An internal watchdog for the Interior Department has cleared Secretary Ryan Zinke of wrongdoing in a probe concerning the redrawing of a Utah national monument’s boundaries. The decision comes as Democrats look to press forward with other investigations into Zinke’s actions as head of the department.
The Interior Department’s Office of Inspector General (OIG) has found no evidence that Zinke shrunk the Grand Staircase-Escalante National Monument in Utah as a favor to State Rep. Mike Noel. The Republican owns land near the monument that was previously surrounded by it, but is now outside of it following the Interior Department’s controversial redrawing of the area’s boundaries.
Noel, a long-time critic of federal land management, had pushed hard for the shrinking of Grand Staircase-Escalante. He even appeared onstage with President Donald Trump when the monument’s reduction was announced last December.
Environmentalists and ethics watchdogs, however, have repeatedly expressed concern about the nature of Noel’s input in the decision, which would present a conflict of interest due to his land ownership in the area.
Despite this, the OIG reportedly found no evidence that Zinke or other department officials favored the lawmaker. Congress has not yet seen the report, which the OIG sent to the Interior Department on Nov. 21.
In a statement, Interior Department spokesperson Heather Swift said the OIG’s conclusion “shows exactly what the secretary’s office has known all along — that the monument boundaries were adjusted in accordance with all rules, regulations and laws.” Swift also accused “political opponents and special interest groups” of concocting allegations targeting Zinke and others.
The Interior Department’s decision to shrink Grand Staircase-Escalante and other monuments has been labeled as an overreach by Democrats and green groups.
Internal agency documents have also indicated that energy development, specifically oil and gas exploration, played a key role in the decision to shrink Bears Ears, another Utah monument. Despite public outcry, however, none of Zinke’s decisions involving public lands have seen the secretary edged out of his position.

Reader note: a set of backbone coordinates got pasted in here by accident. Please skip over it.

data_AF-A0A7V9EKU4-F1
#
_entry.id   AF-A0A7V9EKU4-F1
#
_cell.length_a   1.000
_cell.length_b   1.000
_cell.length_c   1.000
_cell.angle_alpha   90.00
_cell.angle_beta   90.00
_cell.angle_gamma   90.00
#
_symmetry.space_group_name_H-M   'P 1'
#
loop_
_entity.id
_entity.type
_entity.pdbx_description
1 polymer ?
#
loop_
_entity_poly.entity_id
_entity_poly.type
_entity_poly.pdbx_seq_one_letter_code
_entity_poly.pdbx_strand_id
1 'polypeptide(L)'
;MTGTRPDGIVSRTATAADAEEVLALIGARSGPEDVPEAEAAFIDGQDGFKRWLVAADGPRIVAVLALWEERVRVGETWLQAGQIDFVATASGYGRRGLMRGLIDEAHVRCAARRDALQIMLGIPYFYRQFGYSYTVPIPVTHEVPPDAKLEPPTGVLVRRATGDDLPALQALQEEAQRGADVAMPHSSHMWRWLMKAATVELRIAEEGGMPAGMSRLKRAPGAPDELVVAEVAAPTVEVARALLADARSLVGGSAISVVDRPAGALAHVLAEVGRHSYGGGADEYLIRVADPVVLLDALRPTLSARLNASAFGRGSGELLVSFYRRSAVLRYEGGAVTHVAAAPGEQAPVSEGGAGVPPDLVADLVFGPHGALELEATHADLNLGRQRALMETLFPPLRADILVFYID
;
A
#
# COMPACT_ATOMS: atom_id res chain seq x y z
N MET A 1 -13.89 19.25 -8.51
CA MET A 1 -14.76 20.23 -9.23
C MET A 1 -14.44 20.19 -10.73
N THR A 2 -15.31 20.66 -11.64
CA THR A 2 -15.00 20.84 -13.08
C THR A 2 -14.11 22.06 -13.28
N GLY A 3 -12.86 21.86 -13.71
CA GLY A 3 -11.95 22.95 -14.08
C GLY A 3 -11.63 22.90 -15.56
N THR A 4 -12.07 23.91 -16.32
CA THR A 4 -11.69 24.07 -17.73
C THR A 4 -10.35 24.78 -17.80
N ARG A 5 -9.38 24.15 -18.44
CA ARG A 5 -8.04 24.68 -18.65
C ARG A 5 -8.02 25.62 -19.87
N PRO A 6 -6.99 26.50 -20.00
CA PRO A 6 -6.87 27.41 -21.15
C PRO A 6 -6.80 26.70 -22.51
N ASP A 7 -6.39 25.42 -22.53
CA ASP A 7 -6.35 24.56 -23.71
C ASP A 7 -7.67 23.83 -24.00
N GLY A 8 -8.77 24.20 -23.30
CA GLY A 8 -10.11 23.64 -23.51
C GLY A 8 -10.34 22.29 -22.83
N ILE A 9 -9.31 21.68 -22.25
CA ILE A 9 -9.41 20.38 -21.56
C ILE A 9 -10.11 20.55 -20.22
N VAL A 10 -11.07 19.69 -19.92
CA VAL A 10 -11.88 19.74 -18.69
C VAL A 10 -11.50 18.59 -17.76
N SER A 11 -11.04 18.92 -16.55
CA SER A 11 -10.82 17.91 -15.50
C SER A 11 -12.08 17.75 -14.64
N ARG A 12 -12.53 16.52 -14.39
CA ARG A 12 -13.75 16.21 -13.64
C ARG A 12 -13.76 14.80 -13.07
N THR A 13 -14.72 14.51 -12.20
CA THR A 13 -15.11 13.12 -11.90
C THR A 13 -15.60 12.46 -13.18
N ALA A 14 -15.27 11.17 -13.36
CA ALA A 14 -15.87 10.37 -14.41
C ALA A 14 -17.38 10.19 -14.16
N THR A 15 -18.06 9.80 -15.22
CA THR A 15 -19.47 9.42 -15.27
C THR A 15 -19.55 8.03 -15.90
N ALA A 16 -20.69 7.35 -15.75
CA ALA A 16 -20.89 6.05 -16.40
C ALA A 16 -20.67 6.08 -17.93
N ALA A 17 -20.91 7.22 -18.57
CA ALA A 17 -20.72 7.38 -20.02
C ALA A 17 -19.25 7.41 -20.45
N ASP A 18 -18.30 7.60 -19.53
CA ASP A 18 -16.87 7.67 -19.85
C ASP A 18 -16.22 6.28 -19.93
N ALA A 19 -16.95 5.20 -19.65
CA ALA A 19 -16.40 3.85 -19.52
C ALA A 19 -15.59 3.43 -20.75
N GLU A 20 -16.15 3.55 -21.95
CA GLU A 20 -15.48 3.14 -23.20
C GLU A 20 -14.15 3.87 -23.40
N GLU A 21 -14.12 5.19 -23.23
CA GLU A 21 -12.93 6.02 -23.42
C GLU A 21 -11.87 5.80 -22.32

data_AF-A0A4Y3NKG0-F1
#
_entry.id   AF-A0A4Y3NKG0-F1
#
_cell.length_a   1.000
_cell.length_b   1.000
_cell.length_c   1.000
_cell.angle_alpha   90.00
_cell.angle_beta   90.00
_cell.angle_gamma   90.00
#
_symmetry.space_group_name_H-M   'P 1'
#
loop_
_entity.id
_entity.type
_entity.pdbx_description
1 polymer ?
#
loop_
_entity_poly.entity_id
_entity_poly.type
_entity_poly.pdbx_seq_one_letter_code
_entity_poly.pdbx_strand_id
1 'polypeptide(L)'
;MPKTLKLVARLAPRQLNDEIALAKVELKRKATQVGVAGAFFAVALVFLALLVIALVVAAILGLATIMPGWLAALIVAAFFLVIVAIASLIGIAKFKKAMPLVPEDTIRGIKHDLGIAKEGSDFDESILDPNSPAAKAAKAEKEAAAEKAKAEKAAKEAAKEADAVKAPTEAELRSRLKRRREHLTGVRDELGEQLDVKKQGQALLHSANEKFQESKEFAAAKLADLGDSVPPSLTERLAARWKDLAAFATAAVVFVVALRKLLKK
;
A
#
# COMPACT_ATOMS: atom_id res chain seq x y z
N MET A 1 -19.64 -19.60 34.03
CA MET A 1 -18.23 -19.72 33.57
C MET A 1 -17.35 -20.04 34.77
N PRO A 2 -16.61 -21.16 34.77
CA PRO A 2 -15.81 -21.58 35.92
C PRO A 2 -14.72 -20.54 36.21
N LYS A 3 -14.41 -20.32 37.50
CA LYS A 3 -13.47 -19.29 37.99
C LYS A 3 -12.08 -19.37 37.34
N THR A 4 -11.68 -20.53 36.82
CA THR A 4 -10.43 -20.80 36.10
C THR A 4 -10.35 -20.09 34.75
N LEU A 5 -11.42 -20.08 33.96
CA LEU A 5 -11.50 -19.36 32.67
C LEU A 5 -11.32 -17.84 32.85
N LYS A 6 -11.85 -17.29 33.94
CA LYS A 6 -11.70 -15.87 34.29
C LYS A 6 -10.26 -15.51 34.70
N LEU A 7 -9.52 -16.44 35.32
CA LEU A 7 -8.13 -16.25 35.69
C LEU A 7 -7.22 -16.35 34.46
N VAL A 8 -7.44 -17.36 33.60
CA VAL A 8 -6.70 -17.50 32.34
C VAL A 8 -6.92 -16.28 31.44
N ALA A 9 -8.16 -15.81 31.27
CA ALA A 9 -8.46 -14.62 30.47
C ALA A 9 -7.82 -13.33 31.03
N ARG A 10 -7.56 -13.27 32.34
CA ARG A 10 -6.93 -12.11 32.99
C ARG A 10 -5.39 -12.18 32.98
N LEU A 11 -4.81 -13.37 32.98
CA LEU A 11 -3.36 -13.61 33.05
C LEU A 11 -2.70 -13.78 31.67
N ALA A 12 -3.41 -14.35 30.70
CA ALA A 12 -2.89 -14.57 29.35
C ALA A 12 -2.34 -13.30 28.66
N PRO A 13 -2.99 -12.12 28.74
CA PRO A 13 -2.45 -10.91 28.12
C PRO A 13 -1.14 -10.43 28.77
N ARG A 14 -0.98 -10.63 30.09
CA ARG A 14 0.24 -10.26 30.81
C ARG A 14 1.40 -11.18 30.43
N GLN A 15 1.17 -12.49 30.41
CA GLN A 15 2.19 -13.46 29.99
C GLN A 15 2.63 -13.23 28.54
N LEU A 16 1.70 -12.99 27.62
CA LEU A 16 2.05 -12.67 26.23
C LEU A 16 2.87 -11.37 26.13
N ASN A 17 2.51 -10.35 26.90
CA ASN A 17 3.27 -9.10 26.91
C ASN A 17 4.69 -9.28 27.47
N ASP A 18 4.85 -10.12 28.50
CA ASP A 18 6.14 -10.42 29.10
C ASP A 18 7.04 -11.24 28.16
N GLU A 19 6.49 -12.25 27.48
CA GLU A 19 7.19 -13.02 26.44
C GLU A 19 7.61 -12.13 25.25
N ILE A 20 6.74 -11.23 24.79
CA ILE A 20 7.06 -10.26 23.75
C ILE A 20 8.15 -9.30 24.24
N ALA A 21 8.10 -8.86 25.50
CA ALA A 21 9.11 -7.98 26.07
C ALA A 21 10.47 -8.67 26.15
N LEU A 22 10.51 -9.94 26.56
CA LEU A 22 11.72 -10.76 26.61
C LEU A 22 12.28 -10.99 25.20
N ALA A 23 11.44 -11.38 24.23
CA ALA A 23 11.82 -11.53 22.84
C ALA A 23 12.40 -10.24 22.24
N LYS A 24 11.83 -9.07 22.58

Public lands are nonetheless back in the spotlight following the release of the fourth National Climate Assessment (NCA), which dropped on Black Friday last week and highlighted climate change impacts nationally, along with a U.S. Geological Survey report released the same day. The second report found that nearly a quarter of all greenhouse gases generated in the United States between 2005 and 2014 stemmed from fossil fuels produced on public lands.
That assessment, commissioned during the Obama administration, does not account for the Trump administration’s ongoing efforts to expand fossil fuel production on federal soil.
The OIG’s Grand Staircase-Escalante findings don’t mean Zinke is in the clear. The secretary has come under scrutiny for a number of ethics and financial decisions, including a Montana land deal linked to Halliburton chairman David Lesar. Multiple investigations are ongoing into Zinke’s use of his office for alleged personal gain, with the Halliburton case reportedly referred to the Justice Department for further scrutiny.
More high-profile scandals involving Trump administration officials like former Environmental Protection Agency (EPA) Administrator Scott Pruitt largely steered public attention away from Zinke until mid-way through this year.
But with Democrats taking over the House of Representatives in January, that’s likely set to change. In addition to renewed scrutiny over Zinke’s ongoing investigations, Democrats have indicated they will look into a failed effort to to replace the current Interior OIG with a Trump administration appointee from the Department of Housing and Urban Development (HUD).
That goes for public lands as well. Rep. Raúl Grijalva (D-AZ) is set to chair the National Resources Committee and has repeatedly asserted that Zinke’s decision to shrink national monuments will be subject to scrutiny.
“Secretary Zinke should have known the people he was listening to while destroying our national monuments had disqualifying conflicts of interest,” Grijalva said in response to news of the OIG’s findings in the Grand Staircase-Escalante probe.
Trump has said that he will “look into any complaints” regarding Zinke’s behavior but has otherwise praised the secretary and said he has no plans to fire him.